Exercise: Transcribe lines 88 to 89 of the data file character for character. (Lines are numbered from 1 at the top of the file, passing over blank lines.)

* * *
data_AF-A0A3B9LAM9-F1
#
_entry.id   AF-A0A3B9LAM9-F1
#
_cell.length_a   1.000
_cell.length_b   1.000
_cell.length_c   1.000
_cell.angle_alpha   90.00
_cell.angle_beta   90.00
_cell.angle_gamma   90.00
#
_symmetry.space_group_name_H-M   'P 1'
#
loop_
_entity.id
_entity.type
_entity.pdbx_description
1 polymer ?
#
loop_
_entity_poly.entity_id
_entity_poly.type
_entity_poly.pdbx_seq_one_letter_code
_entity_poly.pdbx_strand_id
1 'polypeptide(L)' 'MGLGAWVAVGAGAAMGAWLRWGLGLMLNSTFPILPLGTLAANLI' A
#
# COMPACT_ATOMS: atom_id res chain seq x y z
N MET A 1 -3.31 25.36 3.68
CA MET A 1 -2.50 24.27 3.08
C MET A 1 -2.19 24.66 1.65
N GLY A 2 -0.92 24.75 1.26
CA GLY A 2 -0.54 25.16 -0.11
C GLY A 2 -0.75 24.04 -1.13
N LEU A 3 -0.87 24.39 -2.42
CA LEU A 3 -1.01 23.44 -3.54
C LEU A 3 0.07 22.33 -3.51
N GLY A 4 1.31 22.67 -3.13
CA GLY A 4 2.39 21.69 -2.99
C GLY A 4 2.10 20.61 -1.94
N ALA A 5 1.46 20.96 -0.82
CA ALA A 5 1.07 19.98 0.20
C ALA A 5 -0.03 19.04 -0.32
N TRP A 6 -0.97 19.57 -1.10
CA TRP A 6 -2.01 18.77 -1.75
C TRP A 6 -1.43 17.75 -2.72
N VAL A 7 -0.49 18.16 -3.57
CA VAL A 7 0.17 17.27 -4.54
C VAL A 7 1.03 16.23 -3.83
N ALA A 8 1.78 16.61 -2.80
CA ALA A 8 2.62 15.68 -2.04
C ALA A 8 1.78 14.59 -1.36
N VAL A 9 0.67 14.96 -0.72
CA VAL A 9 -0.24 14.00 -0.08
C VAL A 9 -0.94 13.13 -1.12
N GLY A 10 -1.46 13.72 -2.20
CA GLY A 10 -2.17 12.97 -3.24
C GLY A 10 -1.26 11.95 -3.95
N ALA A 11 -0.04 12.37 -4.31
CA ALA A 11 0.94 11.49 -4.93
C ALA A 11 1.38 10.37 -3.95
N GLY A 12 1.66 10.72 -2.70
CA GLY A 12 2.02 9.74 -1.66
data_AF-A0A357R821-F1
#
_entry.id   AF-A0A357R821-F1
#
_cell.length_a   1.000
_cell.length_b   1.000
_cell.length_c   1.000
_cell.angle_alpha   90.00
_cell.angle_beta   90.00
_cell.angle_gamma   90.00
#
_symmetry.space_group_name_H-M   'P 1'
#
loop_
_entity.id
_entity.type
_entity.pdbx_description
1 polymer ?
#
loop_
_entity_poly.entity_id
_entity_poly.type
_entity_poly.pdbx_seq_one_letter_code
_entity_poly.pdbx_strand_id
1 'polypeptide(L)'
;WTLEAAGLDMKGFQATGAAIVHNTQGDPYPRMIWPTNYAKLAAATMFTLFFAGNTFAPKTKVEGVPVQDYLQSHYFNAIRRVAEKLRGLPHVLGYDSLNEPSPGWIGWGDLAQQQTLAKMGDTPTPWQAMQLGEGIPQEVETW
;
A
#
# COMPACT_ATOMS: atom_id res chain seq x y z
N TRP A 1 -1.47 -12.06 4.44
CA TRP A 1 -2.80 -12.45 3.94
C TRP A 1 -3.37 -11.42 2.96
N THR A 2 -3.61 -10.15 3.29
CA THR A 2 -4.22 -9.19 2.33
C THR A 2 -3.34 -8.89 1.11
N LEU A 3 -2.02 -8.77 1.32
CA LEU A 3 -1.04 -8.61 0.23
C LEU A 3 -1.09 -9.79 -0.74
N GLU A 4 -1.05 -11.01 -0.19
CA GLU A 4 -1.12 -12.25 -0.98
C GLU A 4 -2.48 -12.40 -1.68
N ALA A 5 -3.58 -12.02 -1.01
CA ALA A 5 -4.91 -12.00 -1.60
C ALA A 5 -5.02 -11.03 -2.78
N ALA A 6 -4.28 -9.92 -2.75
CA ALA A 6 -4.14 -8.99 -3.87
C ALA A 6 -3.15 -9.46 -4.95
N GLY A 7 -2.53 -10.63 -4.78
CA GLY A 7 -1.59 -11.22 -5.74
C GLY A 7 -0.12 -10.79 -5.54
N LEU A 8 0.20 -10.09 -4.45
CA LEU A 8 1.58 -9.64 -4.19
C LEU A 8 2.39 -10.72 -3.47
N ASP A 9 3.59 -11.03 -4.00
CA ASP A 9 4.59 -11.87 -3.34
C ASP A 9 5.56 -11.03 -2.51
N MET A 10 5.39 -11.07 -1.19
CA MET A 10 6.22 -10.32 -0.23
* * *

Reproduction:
;WTLEAAGLDMKGFQATGAAIVHNTQGDPYPRMIWPTNYAKLAAATMFTLFFAGNTFAPKTKVEGVPVQDYLQSHYFNAIRRVAEKLRGLPHVLGYDSLNEPSPGWIGWGDLAQQQTLAKMGDTPTPWQAMQLGEGIPQEVETW
;